House Subcommittee Plans Hearing on Waste in Medicare Program
House Ways and Means Oversight Subcommittee announced a hearing scheduled for Wednesday entitled, “Efforts to Combat Waste, Fraud, and Abuse in the Medicare Program.” According to the Subcommittee, the hearing will focus on how CMS identifies and combats waste, fraud, and abuse, in both traditional Medicare and the Medicare Advantage programs. In their announcement, the Subcommittee also points to the FY 2016 Agency Financial Report in which HHS estimated $59.6 billion was spent on improper payments program-wide. To view more on the Ways and Means Committee website, click here.
House HHS Spending Bill Guts Exchange Funding, Increases Money for NIH
The House Labor HHS Appropriations subcommittee passed its annual spending package, which includes $77.6 billion for HHS – $542 million below last year’s level, but $14.5 billion more than the president’s request. The bill would significantly decrease CMS’ funding for the health insurance exchanges under the ACA, prohibit funding for ACA “navigators,” and bar the agency from collecting user fees from qualified health plans that the agency uses to fund the federally-facilitated marketplace. The bill includes $1.1 billion more in NIH funding than this year, which is $8.6 billion more than the president’s request. However, the bill proposes $7 billion in funding for the CDC next year, a modest decrease from last year but $1 billion over the President’s proposal. Click here for full summary of the bill and here for the text.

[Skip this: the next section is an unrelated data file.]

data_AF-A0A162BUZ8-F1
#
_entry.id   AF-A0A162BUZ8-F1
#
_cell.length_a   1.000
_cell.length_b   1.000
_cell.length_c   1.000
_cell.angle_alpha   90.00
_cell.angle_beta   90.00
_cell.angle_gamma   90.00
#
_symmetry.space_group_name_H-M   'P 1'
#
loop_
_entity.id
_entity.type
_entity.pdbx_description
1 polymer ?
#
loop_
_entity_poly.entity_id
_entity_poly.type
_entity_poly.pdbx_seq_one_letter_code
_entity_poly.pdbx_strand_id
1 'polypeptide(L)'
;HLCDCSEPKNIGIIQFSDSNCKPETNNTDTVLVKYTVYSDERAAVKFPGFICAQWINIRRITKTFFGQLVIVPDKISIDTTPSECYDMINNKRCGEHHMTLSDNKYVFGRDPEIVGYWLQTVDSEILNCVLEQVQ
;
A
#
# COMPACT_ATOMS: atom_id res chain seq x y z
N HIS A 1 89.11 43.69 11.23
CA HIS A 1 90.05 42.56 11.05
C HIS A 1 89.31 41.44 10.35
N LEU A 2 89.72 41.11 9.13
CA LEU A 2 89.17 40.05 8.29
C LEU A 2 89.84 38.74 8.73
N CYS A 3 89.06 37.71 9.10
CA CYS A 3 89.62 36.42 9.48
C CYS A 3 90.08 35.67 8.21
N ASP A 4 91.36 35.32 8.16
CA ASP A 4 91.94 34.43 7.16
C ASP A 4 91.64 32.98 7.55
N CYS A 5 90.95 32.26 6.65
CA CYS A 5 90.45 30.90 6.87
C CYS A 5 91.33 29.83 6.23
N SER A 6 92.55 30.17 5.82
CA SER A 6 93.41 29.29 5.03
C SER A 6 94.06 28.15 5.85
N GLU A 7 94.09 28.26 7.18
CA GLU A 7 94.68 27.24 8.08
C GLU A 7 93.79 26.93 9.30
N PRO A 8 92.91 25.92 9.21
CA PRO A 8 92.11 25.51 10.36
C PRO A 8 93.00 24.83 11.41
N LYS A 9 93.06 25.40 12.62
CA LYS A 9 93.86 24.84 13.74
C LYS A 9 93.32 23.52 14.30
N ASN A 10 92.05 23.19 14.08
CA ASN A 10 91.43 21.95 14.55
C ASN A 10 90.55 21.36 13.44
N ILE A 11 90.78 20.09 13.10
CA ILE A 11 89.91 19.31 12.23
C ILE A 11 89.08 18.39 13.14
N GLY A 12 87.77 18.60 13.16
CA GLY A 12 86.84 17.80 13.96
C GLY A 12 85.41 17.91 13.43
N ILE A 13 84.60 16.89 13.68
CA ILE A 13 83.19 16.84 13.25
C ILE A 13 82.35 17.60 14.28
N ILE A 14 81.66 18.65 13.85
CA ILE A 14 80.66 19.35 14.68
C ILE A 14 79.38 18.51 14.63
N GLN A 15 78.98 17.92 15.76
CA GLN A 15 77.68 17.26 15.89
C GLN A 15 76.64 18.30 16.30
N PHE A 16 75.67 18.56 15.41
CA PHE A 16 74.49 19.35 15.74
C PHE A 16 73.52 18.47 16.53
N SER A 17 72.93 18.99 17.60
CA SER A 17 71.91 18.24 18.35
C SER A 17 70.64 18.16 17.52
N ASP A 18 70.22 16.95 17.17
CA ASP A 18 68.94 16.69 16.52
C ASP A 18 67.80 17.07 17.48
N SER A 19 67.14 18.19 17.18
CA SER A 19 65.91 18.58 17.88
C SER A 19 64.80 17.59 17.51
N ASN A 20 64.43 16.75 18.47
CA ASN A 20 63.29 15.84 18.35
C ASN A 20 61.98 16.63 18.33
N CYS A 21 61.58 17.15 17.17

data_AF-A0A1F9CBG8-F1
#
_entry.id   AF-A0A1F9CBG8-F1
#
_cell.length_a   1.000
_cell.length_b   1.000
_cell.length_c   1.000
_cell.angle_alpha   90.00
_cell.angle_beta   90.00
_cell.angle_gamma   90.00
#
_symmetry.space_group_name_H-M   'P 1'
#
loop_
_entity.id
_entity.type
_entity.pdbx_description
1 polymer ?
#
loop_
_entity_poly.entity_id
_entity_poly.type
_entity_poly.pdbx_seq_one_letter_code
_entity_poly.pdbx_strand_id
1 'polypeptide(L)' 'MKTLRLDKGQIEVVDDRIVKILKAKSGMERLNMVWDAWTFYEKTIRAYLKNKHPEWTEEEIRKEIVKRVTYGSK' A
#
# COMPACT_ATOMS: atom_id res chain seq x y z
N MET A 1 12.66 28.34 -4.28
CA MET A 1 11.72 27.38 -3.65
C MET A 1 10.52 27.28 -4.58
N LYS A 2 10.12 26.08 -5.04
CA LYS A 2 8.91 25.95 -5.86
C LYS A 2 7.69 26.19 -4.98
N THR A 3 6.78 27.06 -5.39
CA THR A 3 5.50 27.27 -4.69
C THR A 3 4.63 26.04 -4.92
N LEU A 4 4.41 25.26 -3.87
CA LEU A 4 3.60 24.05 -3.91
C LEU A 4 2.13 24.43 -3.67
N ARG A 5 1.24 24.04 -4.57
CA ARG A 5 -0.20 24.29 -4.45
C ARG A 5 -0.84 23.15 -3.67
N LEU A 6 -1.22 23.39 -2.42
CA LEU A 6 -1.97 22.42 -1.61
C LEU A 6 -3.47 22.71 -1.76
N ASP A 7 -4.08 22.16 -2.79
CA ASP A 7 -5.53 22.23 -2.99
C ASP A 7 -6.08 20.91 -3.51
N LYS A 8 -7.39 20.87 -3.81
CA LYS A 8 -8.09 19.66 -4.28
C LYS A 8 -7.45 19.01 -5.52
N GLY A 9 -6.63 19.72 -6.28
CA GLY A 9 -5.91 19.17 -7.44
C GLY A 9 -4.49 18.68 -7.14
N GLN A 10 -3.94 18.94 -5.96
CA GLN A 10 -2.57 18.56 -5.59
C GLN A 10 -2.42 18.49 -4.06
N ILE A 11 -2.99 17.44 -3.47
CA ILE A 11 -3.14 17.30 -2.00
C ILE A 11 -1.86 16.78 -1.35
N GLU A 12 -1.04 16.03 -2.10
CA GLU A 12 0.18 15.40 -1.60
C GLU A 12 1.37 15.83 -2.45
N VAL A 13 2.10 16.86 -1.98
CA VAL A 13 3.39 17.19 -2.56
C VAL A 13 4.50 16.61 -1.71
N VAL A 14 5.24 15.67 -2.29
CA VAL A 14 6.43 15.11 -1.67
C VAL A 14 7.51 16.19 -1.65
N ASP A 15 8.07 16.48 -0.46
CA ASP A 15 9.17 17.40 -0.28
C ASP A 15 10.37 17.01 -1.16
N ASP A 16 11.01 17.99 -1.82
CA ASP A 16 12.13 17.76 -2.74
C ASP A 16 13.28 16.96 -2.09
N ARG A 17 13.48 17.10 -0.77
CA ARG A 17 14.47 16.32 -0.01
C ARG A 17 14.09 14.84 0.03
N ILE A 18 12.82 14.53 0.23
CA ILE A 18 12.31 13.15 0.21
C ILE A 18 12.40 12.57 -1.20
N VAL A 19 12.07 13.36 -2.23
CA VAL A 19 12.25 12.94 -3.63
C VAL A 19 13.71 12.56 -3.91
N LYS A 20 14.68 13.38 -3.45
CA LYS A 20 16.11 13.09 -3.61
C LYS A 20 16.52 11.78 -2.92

Medicare to Run Out of Money in 2029
According to the latest Trustee Report released last week, Medicare’s hospital trust fund is expected to run out of money in 2029. This latest projection give one more year than what trustees had predicted in 2016, as national health spending continues growing slower than expected. Trustees are unsure whether the slowdown is driven by fundamental changes in the health care industry, or is a lingering after-effect of the financial crisis. Medicare’s trustees predict that the program’s costs will grow from 3.6 percent of GDP to 5.6 percent of GDP by 2041, driven largely by boosted enrollment. For the full report, click here.
FDA Panel OKs First Gene-Altering Leukemia Treatment
A Food and Drug Administration panel opened a new era in medicine last week, unanimously recommending that the agency approve the first-ever treatment that genetically alters a patient’s own cells to fight cancer, transforming them into what scientists call “a living drug” that powerfully bolsters the immune system to shut down the disease. Click here for the report